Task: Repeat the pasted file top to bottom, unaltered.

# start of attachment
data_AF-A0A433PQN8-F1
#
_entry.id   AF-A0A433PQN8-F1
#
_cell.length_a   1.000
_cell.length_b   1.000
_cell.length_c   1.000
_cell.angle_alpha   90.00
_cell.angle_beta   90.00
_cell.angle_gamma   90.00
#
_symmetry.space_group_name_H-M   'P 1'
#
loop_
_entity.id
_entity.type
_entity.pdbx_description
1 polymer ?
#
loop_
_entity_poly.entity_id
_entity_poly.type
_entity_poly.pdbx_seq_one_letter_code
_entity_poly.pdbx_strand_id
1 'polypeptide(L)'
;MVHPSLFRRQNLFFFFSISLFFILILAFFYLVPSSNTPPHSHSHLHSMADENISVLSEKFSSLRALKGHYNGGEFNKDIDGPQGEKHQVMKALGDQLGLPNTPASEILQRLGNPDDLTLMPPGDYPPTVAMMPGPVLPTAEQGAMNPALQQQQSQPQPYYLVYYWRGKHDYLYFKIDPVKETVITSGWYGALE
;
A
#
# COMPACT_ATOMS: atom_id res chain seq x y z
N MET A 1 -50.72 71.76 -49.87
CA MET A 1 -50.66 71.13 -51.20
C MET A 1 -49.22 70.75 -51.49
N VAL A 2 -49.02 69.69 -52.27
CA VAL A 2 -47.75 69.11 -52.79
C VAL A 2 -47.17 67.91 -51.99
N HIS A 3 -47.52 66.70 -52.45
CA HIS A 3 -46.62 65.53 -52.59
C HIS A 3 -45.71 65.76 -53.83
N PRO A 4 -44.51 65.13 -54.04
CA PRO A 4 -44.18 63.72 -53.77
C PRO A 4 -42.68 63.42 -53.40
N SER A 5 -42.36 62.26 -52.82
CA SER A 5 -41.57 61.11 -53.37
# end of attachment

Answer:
data_AF-A0A433PQN8-F1
#
_entry.id   AF-A0A433PQN8-F1
#
_cell.length_a   1.000
_cell.length_b   1.000
_cell.length_c   1.000
_cell.angle_alpha   90.00
_cell.angle_beta   90.00
_cell.angle_gamma   90.00
#
_symmetry.space_group_name_H-M   'P 1'
#
loop_
_entity.id
_entity.type
_entity.pdbx_description
1 polymer ?
#
loop_
_entity_poly.entity_id
_entity_poly.type
_entity_poly.pdbx_seq_one_letter_code
_entity_poly.pdbx_strand_id
1 'polypeptide(L)'
;MVHPSLFRRQNLFFFFSISLFFILILAFFYLVPSSNTPPHSHSHLHSMADENISVLSEKFSSLRALKGHYNGGEFNKDIDGPQGEKHQVMKALGDQLGLPNTPASEILQRLGNPDDLTLMPPGDYPPTVAMMPGPVLPTAEQGAMNPALQQQQSQPQPYYLVYYWRGKHDYLYFKIDPVKETVITSGWYGALE
;
A
#
# COMPACT_ATOMS: atom_id res chain seq x y z
N MET A 1 -50.72 71.76 -49.87
CA MET A 1 -50.66 71.13 -51.20
C MET A 1 -49.22 70.75 -51.49
N VAL A 2 -49.02 69.69 -52.27
CA VAL A 2 -47.75 69.11 -52.79
C VAL A 2 -47.17 67.91 -51.99
N HIS A 3 -47.52 66.70 -52.45
CA HIS A 3 -46.62 65.53 -52.59
C HIS A 3 -45.71 65.76 -53.83
N PRO A 4 -44.51 65.13 -54.04
CA PRO A 4 -44.18 63.72 -53.77
C PRO A 4 -42.68 63.42 -53.40
N SER A 5 -42.36 62.26 -52.82
CA SER A 5 -41.57 61.11 -53.37